If by 'inhibitor' you mean one of those anti-rust devices surely cutting the
juice off to it while parked negates the whole idea of having it in the car?
I found the availability and pricing of 6 volt batteries to fit my '70 B-GT
to be troublesome, so I switched to a single modern style 12v battery and
have had no troubles since. If capacity were an issue, given a current
drain while parked, I'd just pop another 12v in the other bin and wire to
give a total of 12. The modern 12v battery cost far less than a single 6
volt relic and for the past 2 seasons it has worked finer than frog-hair
with no signs of the traditional Joe Lucas power shortage.
I have obtained a battery isolator switch and have fitted it to the
vertical bulkhead in front of the battery box. It has a red plastic
key that can be turned through fourty five degree and removed. This
completely isolates the batteries.
The problem up to now is a security immobilisor switch that disables
the starter. It drawns power from the batteries night and day. It has
a jack plug that allows you 30 seconds to start the car. With the new
switch the car can be garaged without running down the batteries.
Now there are a couple of things not sure if its possible for yourself,
but I have one installed.
The Landrovers and Jaguars have an electronic isolator installed by the
factory pre delivery. This is removed by the dealer in the pre delivery
This relay is normally discarded by the dealer. So if you ask a dealer
they may be willing to give you one.
Pt No. YWB500140. Branded PM2 also has the Landrover or Jaguars logos
printed on them. (you will also need the plug which fits, this is in the
cars wiring harness so they can't give you that.)
URL for them is http://www.blpcomp.com/news/view.php?idA
Now prior to these electronic ones being fitted there was a manual
isolator fitted which had a big switch and two lengths of battery cable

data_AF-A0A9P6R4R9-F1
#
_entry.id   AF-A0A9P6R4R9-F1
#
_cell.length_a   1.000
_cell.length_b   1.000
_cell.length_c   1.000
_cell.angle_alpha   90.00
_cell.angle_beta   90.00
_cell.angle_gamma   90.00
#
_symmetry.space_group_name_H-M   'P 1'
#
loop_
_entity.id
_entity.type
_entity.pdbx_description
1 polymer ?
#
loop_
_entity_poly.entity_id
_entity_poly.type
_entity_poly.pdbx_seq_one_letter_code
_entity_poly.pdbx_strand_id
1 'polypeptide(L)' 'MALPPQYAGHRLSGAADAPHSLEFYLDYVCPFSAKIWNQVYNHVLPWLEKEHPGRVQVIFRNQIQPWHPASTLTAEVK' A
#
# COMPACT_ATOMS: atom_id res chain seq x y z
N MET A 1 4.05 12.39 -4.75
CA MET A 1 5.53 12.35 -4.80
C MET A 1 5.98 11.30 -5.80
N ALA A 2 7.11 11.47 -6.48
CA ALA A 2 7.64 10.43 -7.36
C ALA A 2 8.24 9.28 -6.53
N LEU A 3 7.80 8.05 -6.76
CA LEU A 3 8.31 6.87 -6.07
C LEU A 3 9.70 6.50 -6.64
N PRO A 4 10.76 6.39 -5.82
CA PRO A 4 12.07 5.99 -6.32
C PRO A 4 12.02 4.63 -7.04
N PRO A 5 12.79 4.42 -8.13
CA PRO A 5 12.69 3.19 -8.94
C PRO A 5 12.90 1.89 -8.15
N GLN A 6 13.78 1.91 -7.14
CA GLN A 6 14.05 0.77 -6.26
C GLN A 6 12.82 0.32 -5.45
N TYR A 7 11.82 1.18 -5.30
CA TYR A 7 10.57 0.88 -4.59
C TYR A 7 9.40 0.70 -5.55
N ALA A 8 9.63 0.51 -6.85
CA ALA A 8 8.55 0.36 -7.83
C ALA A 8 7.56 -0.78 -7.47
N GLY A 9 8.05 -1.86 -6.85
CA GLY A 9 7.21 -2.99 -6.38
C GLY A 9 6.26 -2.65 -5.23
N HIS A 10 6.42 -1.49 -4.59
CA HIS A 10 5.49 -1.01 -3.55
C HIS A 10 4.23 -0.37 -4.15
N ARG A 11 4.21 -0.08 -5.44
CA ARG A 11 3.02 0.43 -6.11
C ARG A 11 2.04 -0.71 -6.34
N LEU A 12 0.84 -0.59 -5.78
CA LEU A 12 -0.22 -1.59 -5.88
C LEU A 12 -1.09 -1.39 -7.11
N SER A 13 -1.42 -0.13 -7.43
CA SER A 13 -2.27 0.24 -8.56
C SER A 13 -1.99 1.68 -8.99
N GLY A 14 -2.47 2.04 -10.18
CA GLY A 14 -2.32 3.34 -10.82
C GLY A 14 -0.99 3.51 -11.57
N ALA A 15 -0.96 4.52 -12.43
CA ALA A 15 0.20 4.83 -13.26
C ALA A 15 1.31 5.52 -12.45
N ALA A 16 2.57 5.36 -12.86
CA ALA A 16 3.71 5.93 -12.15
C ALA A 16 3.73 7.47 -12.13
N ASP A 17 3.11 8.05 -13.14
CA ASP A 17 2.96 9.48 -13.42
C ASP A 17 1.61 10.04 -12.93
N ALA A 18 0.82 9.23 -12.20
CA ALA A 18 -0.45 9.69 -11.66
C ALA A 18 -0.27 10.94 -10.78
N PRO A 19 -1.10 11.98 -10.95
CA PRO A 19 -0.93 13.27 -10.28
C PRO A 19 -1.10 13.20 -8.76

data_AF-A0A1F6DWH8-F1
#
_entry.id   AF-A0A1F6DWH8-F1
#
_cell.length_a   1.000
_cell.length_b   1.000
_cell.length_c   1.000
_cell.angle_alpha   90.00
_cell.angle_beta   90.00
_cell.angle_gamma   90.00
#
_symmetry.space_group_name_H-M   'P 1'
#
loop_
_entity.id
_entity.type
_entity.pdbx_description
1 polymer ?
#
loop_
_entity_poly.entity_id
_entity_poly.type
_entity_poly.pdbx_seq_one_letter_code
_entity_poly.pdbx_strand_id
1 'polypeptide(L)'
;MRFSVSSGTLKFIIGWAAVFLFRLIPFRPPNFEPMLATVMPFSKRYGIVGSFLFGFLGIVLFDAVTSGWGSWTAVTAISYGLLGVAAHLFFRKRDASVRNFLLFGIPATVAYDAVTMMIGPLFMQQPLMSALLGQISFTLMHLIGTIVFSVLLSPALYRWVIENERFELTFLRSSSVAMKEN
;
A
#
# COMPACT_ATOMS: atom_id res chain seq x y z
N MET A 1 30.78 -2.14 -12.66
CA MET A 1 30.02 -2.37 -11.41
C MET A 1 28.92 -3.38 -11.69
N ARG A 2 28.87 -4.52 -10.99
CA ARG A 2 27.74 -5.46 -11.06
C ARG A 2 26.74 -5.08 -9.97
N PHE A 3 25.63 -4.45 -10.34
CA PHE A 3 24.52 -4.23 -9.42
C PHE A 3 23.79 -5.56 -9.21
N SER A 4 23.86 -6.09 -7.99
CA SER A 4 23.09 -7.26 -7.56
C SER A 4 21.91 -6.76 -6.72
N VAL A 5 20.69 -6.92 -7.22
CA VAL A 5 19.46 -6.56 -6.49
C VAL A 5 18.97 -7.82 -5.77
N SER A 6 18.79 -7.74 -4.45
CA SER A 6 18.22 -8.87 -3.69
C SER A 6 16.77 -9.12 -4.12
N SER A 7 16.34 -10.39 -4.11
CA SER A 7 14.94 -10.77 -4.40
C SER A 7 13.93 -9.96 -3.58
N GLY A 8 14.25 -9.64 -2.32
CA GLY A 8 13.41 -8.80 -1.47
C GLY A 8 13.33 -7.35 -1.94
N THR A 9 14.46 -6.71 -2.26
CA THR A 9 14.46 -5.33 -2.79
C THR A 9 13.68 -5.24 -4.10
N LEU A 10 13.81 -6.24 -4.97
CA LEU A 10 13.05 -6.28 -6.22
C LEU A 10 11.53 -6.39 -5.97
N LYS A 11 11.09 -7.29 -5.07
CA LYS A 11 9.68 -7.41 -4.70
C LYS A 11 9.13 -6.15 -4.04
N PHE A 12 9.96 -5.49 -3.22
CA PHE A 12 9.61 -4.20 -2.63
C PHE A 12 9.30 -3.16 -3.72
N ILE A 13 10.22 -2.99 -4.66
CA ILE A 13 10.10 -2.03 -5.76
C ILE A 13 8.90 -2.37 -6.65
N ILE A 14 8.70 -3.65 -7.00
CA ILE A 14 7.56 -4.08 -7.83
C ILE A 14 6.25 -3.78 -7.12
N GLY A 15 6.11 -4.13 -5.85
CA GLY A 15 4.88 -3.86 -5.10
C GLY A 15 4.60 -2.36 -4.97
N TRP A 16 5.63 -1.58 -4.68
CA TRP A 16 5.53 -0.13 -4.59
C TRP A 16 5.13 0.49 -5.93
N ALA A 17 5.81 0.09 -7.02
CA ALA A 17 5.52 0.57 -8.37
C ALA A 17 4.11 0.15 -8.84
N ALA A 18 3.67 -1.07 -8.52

about 30cm long with the pos and neg terminals. This also just slipped
on and isolated the battery.
Why don't you get a battery conditioner? They aren't just chargers, they're
designed to maintain batteries in cars garaged for long periods.
Basically you connect it like a charger but rather than just keep the
battery charged it simulates use and keeps the battery in top shape.
Yes, I've seen farmers do this with a simple knife switch on the
battery post. Easiest and cheapest.
An alternative is a small trickle charger that's left plugged in while
the car stands. If parked outdoors there are now small solar units
that plug into the cigarette lighter.
It can take weeks to find what's drawing off your battery. (I assume
that's what you mean by inhibitor). With a volt meter you should read
0 volts between the negative post and the metal frame of the car. If
you get voltage you can start to pull fuses one by one. When it drops
to 0 you've found the grounded/leaking circuit. From there you can
start searching. Sometimes a light bulb will be barely on which can
only be seen in pitch darkness. Jiggling the wires in total darkness
will sometimes show up a spark. When examined this reveals a skinned
wire or partial connection. Lucas- the prince of darkness. Best of
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